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phenylephrine hydrochloride injection, solution
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----------Phenylephrine HCL 1 mL fill in 2 mL 10 mg/mL Injection, USP Single Dose Vial
WARNING: Physicians should completely familiarize themselves with the complete contents of this insert before prescribing Phenylephrine Hydrochloride Injection, USP.
Phenylephrine hydrochloride is a vasoconstrictor and pressor drug chemically related to epinephrine and ephedrine. Phenylephrine hydrochloride is a synthetic sympathomimetic agent in sterile form for parenteral injection. Chemically, phenylephrine hydrochloride is (-)-m-Hydroxy-a-[(methylamino)methyl]benzyl alcohol hydrochloride, and has the following structural formula:
Each mL contains: Phenylephrine Hydrochloride 10 mg; Sodium Chloride 3.5 mg; Sodium Citrate Dihydrate 4 mg; Citric Acid Monohydrate 1 mg; Sodium Metabisulfite 2 mg; Water for Injection q.s. pH adjusted with Sodium Hydroxide and/or Hydrochloric Acid if necessary. pH 3.0-6.5.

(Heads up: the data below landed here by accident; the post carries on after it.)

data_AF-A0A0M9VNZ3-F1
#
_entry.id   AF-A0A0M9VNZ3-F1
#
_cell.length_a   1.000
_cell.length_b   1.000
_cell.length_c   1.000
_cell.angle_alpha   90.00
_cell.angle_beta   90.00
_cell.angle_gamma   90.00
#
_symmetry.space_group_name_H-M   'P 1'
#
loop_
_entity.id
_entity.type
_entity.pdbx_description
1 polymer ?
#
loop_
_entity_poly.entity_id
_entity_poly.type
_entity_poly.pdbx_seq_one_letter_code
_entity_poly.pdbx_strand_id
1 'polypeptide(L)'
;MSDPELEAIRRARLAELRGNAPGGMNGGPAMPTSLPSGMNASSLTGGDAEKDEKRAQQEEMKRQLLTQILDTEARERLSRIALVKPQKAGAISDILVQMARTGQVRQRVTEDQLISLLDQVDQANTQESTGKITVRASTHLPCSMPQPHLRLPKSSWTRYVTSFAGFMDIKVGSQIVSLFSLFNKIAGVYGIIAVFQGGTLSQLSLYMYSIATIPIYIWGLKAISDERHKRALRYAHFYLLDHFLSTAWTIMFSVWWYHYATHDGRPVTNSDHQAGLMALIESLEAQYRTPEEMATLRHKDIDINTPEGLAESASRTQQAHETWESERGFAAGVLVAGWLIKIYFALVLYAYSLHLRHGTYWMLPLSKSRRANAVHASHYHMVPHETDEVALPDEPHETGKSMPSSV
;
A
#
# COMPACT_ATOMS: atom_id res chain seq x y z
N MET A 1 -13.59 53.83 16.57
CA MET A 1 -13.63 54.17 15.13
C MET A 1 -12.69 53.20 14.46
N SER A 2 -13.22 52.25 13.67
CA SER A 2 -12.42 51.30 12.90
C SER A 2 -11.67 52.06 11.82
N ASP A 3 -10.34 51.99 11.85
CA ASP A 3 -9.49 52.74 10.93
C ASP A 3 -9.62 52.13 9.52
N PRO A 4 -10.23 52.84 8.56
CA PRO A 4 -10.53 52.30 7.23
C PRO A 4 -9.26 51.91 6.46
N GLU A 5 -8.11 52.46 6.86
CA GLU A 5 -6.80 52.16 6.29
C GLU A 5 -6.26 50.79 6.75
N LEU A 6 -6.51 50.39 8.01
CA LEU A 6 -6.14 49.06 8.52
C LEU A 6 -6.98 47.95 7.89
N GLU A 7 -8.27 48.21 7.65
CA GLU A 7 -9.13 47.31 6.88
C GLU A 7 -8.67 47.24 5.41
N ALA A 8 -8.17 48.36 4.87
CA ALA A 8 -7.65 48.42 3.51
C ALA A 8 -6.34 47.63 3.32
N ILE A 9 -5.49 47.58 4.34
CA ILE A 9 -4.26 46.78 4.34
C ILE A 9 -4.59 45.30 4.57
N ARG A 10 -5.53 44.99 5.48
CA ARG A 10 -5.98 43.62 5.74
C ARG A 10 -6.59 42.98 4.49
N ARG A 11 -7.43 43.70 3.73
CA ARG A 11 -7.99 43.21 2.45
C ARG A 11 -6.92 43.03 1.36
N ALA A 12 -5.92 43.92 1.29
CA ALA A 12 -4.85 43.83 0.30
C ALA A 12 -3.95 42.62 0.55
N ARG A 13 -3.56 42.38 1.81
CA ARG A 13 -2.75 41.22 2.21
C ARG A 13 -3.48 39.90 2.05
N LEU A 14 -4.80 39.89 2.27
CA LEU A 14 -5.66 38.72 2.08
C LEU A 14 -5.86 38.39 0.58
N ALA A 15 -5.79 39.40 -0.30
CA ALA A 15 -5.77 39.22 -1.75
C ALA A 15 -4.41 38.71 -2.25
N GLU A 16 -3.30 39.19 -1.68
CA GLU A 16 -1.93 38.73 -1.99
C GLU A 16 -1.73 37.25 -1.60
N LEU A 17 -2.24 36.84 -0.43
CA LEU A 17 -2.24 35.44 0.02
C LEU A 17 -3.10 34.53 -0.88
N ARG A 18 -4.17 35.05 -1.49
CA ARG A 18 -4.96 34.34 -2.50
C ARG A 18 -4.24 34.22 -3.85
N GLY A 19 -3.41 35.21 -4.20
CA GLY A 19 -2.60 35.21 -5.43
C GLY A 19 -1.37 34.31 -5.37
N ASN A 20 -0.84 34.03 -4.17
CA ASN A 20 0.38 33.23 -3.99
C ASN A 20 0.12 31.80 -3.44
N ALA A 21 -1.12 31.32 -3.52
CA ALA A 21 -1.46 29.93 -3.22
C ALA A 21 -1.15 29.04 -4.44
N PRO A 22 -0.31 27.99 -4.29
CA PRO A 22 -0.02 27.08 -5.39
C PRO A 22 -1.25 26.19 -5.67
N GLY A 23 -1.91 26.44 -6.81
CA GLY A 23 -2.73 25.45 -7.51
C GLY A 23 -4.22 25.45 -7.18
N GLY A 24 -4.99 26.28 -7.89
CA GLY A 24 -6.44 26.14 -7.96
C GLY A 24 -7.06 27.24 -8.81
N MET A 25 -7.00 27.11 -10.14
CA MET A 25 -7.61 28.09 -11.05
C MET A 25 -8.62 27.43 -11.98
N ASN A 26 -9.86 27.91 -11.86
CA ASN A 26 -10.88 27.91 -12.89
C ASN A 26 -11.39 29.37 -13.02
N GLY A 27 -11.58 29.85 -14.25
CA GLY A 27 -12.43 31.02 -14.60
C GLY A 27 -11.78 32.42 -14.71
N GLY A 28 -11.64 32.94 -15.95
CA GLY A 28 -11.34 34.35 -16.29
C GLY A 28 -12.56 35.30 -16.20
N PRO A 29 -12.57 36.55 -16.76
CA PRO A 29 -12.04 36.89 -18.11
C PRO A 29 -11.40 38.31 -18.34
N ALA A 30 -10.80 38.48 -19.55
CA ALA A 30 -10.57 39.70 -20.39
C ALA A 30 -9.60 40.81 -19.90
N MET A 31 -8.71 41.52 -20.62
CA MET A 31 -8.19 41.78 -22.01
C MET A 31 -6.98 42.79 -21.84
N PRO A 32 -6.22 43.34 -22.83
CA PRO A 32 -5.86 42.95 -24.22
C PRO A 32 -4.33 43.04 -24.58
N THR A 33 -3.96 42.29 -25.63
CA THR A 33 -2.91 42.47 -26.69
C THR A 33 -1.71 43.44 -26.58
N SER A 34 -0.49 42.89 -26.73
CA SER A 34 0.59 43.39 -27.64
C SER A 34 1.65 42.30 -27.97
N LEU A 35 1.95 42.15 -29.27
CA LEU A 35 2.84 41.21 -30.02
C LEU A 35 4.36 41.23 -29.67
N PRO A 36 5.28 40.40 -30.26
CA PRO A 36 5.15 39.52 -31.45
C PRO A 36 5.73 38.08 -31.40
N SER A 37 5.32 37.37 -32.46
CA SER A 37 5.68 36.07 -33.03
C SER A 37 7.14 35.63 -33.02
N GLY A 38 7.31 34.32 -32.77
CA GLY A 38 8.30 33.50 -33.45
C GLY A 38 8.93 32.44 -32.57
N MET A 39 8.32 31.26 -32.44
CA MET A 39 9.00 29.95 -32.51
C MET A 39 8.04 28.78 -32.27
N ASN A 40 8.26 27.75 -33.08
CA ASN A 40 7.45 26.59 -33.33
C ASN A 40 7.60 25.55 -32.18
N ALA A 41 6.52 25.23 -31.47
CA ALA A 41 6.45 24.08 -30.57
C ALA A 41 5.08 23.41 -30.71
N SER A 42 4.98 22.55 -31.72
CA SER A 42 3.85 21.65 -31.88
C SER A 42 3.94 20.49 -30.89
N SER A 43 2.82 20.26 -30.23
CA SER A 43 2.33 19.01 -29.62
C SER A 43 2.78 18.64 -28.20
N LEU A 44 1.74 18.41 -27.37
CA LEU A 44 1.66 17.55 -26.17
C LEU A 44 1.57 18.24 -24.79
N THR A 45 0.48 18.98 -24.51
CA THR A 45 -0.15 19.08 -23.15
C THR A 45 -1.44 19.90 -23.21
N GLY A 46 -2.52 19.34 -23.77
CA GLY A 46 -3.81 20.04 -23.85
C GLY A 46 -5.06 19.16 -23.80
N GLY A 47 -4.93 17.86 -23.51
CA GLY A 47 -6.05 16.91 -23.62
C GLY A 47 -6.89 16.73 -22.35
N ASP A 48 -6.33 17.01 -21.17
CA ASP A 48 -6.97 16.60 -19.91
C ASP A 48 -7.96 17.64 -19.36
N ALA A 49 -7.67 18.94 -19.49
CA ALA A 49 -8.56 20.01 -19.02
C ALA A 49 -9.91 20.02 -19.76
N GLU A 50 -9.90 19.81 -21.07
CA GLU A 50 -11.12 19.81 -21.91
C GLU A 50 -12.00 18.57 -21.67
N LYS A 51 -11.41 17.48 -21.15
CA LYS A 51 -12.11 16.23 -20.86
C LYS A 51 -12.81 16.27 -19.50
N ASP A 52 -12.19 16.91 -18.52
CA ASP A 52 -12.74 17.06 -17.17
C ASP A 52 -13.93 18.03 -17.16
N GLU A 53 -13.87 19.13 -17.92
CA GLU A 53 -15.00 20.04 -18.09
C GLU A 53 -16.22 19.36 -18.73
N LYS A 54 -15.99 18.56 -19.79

Phenylephrine hydrochloride produces vasoconstriction that lasts longer than that of epinephrine and ephedrine. Responses are more sustained than those to epinephrine, lasting 20 minutes after intravenous and as long as 50 minutes after subcutaneous injection. Its action on the heart contrasts sharply with that of epinephrine and ephedrine, in that it slows the heart rate and increases the stroke output, producing no disturbance in the rhythm of the pulse. Phenylephrine is a powerful postsynaptic alpha-receptor stimulant with little effect on the beta receptors of the heart. In therapeutic doses, it produces little if any stimulation of either the spinal cord or cerebrum. A singular advantage of this drug is the fact that repeated injections produce comparable effects. The predominant actions of phenylephrine are on the cardiovascular system. Parenteral administration causes a rise in systolic and diastolic pressures in man and other species. Accompanying the pressor response to phenylephrine is a marked reflex bradycardia that can be blocked by atropine; after atropine, large doses of the drug increase the heart rate only slightly. In man, cardiac output is slightly decreased and peripheral resistance is considerably increased. Circulation time is slightly prolonged, and venous pressure is slightly increased; venous constriction is not marked. Most vascular beds are constricted; renal splanchnic, cutaneous and limb blood flows are reduced but coronary blood flow is increased. Pulmonary vessels are constricted, and pulmonary arterial pressure is raised. The drug is a powerful vasoconstrictor with properties very similar to those of norepinephrine but almost completely lacking the chronotropic and inotropic actions on the heart. Cardiac irregularities are seen only very rarely even with large doses.